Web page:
Tracking Anyone?

Ever since tracking was deemed anathema, our schools have been suffering. There my be no causal relationship, or, there my be. I have long advocated for tracking to make a come-back. Teachers cannot possibly differentiate instruction to the extent they are now required, since every single student is on the "college track". Of course, not everyone can/should go to college. But, in order to weed out those who would not make it, we have to sound like elitist assholes. Oh well. I beg your forgiveness. So sorry.

Here is a perspective from Professor X. He fails a lot of students who maybe should have thought to do something other than college.

Money Quote (from Prof. X):

For I, who teach these low-level, must-pass, no-multiple-choice-test classes, am the one who ultimately delivers the news to those unfit for college: that they lack the most-basic skills and have no sense of the volume of work required; that they are in some cases barely literate; that they are so bereft of schemata, so dispossessed of contexts in which to place newly acquired knowledge, that every bit of information simply raises more questions. They are not ready for high school, some of them, much less for college.

Update: Some reaction here and here. Sober reactions, but no mention of tracking....


Anonymous said...

Isn't (is?) there a difference between tracking at the middle-school or high-school level, where (as I understand it) it exists at least on some level, and in elementary school? If the level of preparation with which kids enter elementary school depends in large part on the family socioeconomic status, which in turn has some significant correlation to race, and kids are tracked from the get-go, don't you create socioeconomically and racially segregated classrooms? That's not why I'm sending my kid to public school.

Do you also have the problem, suggested by Professor X, with lesser resources for the lower-tracked classes? Will the more experienced teachers chose to teach the higher-tracked classes, leaving those who need more help with the less-experienced teachers?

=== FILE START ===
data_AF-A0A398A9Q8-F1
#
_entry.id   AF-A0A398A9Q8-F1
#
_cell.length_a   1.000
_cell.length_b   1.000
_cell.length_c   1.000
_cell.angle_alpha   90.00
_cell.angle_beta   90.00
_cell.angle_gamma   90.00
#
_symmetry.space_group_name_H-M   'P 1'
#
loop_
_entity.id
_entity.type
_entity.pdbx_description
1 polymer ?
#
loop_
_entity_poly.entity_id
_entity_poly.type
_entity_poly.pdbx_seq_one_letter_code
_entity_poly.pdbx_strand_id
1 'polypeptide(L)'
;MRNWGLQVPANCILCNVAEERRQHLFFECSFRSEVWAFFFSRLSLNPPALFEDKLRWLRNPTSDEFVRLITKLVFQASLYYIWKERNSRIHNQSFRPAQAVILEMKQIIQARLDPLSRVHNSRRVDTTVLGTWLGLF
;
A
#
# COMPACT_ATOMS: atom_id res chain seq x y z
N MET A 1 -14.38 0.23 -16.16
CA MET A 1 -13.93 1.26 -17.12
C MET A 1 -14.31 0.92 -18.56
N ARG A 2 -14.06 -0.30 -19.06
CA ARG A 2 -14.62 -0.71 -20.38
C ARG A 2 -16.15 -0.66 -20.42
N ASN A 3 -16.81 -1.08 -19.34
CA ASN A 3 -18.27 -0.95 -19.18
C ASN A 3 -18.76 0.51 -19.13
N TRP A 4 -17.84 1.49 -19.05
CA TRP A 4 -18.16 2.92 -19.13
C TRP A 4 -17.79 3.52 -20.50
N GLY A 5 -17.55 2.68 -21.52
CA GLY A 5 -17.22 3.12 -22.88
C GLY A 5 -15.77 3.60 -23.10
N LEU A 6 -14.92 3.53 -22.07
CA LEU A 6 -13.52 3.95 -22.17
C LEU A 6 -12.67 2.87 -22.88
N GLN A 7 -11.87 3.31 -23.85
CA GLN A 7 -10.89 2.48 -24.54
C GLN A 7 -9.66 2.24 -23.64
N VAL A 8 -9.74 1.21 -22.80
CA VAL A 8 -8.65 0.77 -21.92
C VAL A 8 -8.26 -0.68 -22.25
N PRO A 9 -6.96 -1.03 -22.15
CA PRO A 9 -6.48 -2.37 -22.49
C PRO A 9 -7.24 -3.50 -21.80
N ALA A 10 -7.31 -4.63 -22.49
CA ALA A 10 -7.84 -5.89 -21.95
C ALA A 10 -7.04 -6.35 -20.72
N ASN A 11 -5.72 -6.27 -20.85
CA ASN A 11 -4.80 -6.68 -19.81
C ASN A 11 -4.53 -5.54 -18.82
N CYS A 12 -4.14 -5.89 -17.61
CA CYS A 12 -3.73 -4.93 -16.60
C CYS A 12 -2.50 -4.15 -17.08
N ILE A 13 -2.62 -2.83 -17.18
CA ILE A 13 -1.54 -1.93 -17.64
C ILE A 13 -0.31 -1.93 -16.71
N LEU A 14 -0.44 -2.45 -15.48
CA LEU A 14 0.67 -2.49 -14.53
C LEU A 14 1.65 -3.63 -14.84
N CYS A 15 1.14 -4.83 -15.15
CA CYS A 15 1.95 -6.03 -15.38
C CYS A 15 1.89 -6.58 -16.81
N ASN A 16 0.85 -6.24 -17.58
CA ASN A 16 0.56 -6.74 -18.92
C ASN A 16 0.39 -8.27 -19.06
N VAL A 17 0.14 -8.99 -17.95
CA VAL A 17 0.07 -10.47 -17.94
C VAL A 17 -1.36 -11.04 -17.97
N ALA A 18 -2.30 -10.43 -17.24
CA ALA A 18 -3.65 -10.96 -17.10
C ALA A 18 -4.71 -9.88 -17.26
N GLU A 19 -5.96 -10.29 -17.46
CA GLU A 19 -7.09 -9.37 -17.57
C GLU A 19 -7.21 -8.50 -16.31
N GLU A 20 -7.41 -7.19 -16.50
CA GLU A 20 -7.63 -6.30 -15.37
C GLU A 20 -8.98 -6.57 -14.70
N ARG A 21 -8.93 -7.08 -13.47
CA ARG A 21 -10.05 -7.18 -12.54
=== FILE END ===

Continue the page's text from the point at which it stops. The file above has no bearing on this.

I agree that not everyone is cut out for college, and it's unfortunate that raises and promotions may be tied to requiring people to do something they may not be prepared or suited for. I also agree that the differentiation required of elementary school teachers that I've seen is unworkable. Of course I'd like to have my kid taught how to multiply fractions by a teacher who did not also have to teach two-digit addition at the same time. But something about elementary-school tracking makes me uneasy. Maybe it's knee-jerk liberalism, maybe it's that I don't want to give up my (pipe) dream of public-school education as an integrating force, the great equalizer, the stepping stone to opportunity and a better future (or is that knee-jerk liberalism?).

I'm just a parent who's relatively new to this whole public-school experience, and I've just started to dip my toes into these questions of educational policy. Other than my own public-school experience some 35-40 years ago, which was rather anomalous, I don't know how tracking worked or why it was given the heave-ho. With the little I know, I'm torn....

Unknown said...

I think I may have conflated tracking in high school with tracing in elementary school. Although, some form of tracking with the little ones would allow for teachers to teach. I assume parents send their kids to school to learn--no, wait. Some send their kids to school to learn, others have no idea why they send them to school!

Segregation by fiat is one thing. Segregation by virtue of ability is another. We have tier systems in the world, both natural and institutional. I am not sure that allowing all abilities in the same classroom, no matter the age, is advisable. I am painfully aware of the non-PCness of my position; PC has gotten us nowhere.

I understand your confusion, for lack of a better word. I think I share it a bit. As a teacher, so many things just become very clear, and bad parenting is the worst part of teaching.

Keep reading the blogs, and posting here. It helps to make clear my positions.

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